Evaluating new fund options in a 401(k) plan

  • By Kendall Little,
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Spending your days lounging on sun-drenched white sands to a soundtrack of crashing ocean waves doesn’t have to be only a retirement pipe dream, but it does take some diligent planning to make it a reality.

The first step? A comprehensive 401(k) plan.

You should audit your 401(k) plan throughout your career, but make an effort to be especially proactive when your employer switches up their plan offerings. It’s easy to get lost in the fine print, so take time to evaluate all your fund options and seek out what works best for you.

If your employer is offering a revitalized 401(k) plan this year, here are some things you should consider to make sure your funds put you on your best path towards retirement.

Assess your risk tolerance and level of involvement

Do you like to track your 401(k) and monitor it along with your other investments or would you rather take a backseat after you’ve made your initial allocations?

Most people choose to simplify the process as much as possible and let their contributions accumulate automatically. In this case a target-date fund or lifecycle fund is probably the best match.

A target-date fund allows you to choose an expected retirement date from the beginning and then adjusts from riskier but potentially higher-earning investments to more conservative options as you approach that date. With a lifecycle fund, on the other hand, you’ll pick a strategy at the onset that simply maintains for the lifetime of the fund.

If you want to take a more hands-on approach, you can select actively managed mutual funds. Keep in mind, however, passive index funds typically outperform actively managed funds over time.

Before you forgo simpler options for actively managed funds, do your research and take time to evaluate your specific goals. Think about your risk tolerance and allocate your funds accordingly. Diversify further by integrating a global aspect in with your U.S. stocks and bonds.

Most importantly, make sure you’re confident not only in your knowledge of the markets but also in your tolerance for market corrections.

“The No. 1 factor for people to have returns is to not get scared or panic when the stock market goes down,” Audrey Morrison, president of Cairn Financial Advisors says. “The behavior piece of it is the most important part.”

In fact, the less reactive you are, the better. “You can keep an eye on it, but I wouldn’t go in and adjust it more than twice a year,” she continues. “You don’t want to get into that habit of reacting.”

Performance matters

A well-performing fund is every investor’s primary goal, but it’s also the one that’s most difficult to predict.

You can’t look into the future to see which fund will deliver the highest returns, but you should look at each option’s past performance over time. Morrison recommends looking at least five years back to evaluate a fund’s performance.

“I would also look at the fund manager to make sure the manager’s not turning over a lot,” she says. “And how well the person who’s managing the fund is regarded.”

Fees matter even more

Fees are an important consideration over the lifetime of your 401(k), and reducing your fees could be reason enough to inspire taking on a new fund option.

“The best is to have low fees, regardless,” Morrison says. Even with higher returns, an expensive fund can end up costing you more in the long run than a more cost-effective fund with slightly lower returns.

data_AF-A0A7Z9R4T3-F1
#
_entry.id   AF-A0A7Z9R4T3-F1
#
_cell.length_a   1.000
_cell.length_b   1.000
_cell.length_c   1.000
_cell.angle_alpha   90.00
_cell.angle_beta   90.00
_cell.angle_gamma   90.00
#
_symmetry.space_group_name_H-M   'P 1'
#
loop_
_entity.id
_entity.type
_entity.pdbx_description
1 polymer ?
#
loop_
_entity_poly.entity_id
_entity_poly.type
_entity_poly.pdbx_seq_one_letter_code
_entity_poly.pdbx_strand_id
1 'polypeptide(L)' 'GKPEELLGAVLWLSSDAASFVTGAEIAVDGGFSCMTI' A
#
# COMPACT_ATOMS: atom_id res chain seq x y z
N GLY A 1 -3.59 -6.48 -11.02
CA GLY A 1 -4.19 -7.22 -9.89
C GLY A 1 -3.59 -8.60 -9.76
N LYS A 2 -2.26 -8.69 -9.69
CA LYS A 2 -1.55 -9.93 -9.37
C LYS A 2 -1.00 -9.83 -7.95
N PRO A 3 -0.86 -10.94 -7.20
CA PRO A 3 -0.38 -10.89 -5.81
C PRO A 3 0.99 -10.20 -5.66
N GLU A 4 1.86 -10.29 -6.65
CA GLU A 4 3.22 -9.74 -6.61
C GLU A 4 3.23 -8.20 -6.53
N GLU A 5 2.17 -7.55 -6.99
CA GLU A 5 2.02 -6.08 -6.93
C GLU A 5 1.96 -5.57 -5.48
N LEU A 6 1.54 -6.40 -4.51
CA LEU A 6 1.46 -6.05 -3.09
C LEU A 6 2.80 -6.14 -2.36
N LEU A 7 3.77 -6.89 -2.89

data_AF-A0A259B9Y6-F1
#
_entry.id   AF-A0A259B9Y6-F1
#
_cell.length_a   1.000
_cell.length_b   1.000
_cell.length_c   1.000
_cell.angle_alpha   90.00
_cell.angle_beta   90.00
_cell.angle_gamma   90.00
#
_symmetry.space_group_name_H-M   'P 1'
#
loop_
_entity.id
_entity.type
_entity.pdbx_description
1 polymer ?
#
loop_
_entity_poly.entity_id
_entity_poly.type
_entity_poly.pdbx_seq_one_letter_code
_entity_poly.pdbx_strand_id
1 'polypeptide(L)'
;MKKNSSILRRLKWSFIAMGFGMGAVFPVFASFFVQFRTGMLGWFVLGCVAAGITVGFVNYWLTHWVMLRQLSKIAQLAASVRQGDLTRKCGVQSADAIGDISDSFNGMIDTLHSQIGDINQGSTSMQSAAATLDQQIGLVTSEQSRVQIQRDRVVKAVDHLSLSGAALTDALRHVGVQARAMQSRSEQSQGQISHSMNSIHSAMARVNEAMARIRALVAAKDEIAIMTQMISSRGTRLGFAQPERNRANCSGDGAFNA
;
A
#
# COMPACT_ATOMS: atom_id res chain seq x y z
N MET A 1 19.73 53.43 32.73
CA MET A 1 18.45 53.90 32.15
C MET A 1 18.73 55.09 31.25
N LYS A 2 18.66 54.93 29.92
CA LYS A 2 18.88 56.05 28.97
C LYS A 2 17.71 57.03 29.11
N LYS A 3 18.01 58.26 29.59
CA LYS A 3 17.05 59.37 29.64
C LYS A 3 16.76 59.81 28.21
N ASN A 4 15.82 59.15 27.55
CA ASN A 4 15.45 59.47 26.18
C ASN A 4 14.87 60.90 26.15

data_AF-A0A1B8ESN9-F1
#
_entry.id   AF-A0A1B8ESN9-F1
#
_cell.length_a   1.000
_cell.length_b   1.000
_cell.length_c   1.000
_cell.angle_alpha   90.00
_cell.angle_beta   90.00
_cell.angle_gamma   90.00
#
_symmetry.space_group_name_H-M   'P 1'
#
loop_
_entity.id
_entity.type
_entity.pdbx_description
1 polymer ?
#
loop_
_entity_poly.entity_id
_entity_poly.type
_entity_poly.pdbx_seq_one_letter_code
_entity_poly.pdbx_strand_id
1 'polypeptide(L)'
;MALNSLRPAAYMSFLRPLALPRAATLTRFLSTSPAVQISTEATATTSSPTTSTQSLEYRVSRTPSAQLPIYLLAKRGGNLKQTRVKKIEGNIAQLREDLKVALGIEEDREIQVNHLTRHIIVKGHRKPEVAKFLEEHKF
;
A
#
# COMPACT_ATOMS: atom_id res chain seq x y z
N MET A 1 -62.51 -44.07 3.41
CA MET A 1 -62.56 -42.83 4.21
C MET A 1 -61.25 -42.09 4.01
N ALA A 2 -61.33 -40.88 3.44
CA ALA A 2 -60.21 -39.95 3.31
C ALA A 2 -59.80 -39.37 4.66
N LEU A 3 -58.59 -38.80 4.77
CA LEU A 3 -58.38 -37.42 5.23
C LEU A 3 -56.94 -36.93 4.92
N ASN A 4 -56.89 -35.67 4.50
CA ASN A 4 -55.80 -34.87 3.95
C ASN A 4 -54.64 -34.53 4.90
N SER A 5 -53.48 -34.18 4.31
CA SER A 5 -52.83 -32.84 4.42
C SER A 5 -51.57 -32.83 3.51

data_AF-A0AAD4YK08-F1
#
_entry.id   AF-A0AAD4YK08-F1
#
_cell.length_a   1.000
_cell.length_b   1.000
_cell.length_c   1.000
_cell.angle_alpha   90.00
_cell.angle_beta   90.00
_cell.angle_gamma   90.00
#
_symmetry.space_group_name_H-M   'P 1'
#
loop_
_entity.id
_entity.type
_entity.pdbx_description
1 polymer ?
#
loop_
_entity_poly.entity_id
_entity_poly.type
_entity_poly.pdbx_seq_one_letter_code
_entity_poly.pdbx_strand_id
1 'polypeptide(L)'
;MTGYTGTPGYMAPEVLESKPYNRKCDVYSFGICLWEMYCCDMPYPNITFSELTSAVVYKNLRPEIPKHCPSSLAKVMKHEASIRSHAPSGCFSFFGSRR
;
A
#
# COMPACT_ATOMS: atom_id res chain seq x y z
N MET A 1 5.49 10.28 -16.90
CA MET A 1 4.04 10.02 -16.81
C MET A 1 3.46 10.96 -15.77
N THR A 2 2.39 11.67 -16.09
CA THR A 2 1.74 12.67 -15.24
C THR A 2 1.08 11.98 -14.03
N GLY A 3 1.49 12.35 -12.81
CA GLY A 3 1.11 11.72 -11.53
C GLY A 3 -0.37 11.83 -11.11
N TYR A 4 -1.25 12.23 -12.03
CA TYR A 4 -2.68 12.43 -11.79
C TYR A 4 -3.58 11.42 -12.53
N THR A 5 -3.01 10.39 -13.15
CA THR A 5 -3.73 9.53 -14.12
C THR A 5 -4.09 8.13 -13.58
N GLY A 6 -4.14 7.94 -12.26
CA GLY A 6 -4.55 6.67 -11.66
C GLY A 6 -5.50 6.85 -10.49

Diversification

You shouldn’t take on new options simply for the sake of doing so. Make sure any new funds you add will diversify your overall plan and improve your portfolio.

This is where you may need to dig in and conduct your own research. Comb the information you’re given and look to outside sources to make sure the investment holdings you want to take on are distinct enough from your current funds that you’re not just going to pay further fees for a similar option.

You can use sites like Morningstar to compare potential new funds with your current holdings based on several criteria to ensure you’re properly diversifying with any new options you take on.

Use your resources

Often, when your employer changes 401(k) plans, a representative will set aside time to go over each offering and provide insight into any differences and features of the new options.

This is the perfect opportunity to clear up questions about how you can improve your funds under the new plan as well as any changes you should expect in your employer’s match and vesting.

But there are also plenty of online resources that can help you decide.

Morrison recommends taking advantage of your new plan provider’s website or app. Their tools can give you more information on your specific plan and allocations. “If you answer a couple questions about how close you are to retirement and how much risk you like to take, they’ll ask you specific questions about how much you can deal with loss and that sort of thing and it’ll give you an allocation,” she says.

When in doubt, you can always present your options to a certified financial planner or other adviser who can help you ensure you’re taking on the best funds for your overall plan.

Look at the big picture

This is also a good time to make sure you’re caught up on the other aspects of your employer’s plan.

Are you contributing enough to meet their match? Are you increasing contributions each time you earn a salary increase? Are you working towards contributing 15 percent of your salary or even maxing out contributions each year? If you’re over age 50, are you taking advantage of catch-up contributions?

Familiarity with the overall state of your retirement savings can help you narrow down fund options if you’re still on the fence and put you on a clear path to retirement success.

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